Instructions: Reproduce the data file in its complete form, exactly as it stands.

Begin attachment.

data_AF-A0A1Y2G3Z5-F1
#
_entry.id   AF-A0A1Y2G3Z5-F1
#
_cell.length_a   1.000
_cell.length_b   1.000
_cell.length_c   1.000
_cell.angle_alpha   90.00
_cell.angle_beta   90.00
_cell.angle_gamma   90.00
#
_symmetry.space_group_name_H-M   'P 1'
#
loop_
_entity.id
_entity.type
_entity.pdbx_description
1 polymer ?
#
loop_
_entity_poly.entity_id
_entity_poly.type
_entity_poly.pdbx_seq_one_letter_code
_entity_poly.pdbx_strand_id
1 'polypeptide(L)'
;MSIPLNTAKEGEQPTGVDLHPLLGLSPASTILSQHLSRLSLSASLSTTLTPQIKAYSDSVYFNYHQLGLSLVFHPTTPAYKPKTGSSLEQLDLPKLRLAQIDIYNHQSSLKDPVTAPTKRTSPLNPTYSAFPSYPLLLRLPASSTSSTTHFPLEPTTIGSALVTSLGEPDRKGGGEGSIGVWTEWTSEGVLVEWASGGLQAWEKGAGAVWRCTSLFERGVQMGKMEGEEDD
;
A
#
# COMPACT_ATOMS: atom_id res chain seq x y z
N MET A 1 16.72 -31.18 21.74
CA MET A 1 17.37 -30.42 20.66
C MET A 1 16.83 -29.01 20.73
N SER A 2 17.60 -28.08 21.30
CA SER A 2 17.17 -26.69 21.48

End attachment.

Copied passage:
data_AF-A0A1Y2G3Z5-F1
#
_entry.id   AF-A0A1Y2G3Z5-F1
#
_cell.length_a   1.000
_cell.length_b   1.000
_cell.length_c   1.000
_cell.angle_alpha   90.00
_cell.angle_beta   90.00
_cell.angle_gamma   90.00
#
_symmetry.space_group_name_H-M   'P 1'
#
loop_
_entity.id
_entity.type
_entity.pdbx_description
1 polymer ?
#
loop_
_entity_poly.entity_id
_entity_poly.type
_entity_poly.pdbx_seq_one_letter_code
_entity_poly.pdbx_strand_id
1 'polypeptide(L)'
;MSIPLNTAKEGEQPTGVDLHPLLGLSPASTILSQHLSRLSLSASLSTTLTPQIKAYSDSVYFNYHQLGLSLVFHPTTPAYKPKTGSSLEQLDLPKLRLAQIDIYNHQSSLKDPVTAPTKRTSPLNPTYSAFPSYPLLLRLPASSTSSTTHFPLEPTTIGSALVTSLGEPDRKGGGEGSIGVWTEWTSEGVLVEWASGGLQAWEKGAGAVWRCTSLFERGVQMGKMEGEEDD
;
A
#
# COMPACT_ATOMS: atom_id res chain seq x y z
N MET A 1 16.72 -31.18 21.74
CA MET A 1 17.37 -30.42 20.66
C MET A 1 16.83 -29.01 20.73
N SER A 2 17.60 -28.08 21.30
CA SER A 2 17.17 -26.69 21.48